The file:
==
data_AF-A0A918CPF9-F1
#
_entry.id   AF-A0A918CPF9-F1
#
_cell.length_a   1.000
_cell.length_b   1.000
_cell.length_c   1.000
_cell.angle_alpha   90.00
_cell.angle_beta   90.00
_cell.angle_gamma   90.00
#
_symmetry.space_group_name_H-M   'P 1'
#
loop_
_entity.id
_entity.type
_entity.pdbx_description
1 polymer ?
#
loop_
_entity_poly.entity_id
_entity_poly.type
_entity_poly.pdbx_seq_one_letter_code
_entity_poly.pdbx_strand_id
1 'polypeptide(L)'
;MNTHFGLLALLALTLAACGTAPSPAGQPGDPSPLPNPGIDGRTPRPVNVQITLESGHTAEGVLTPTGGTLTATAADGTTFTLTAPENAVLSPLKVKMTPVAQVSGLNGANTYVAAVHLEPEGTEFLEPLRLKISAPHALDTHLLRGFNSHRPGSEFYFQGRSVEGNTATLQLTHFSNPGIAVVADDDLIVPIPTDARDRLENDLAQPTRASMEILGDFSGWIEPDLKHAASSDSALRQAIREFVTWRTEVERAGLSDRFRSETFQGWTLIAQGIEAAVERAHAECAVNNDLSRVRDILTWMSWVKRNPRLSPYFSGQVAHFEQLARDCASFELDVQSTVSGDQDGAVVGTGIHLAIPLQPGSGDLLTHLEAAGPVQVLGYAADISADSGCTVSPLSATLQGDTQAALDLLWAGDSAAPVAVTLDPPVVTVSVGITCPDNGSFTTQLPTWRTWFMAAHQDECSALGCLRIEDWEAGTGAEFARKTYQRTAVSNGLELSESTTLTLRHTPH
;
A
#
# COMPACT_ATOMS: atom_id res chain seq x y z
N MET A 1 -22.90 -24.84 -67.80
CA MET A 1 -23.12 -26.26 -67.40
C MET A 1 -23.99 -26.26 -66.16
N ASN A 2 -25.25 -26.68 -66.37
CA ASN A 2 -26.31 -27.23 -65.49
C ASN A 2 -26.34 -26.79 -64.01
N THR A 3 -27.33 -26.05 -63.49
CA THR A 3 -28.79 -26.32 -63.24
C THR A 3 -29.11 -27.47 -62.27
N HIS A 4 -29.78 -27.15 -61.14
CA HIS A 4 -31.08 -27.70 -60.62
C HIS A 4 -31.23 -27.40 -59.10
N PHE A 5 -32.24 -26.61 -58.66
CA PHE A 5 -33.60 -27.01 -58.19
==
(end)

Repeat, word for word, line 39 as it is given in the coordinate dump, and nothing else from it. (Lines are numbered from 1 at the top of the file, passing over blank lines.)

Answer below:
C THR A 3 -29.11 -27.47 -62.27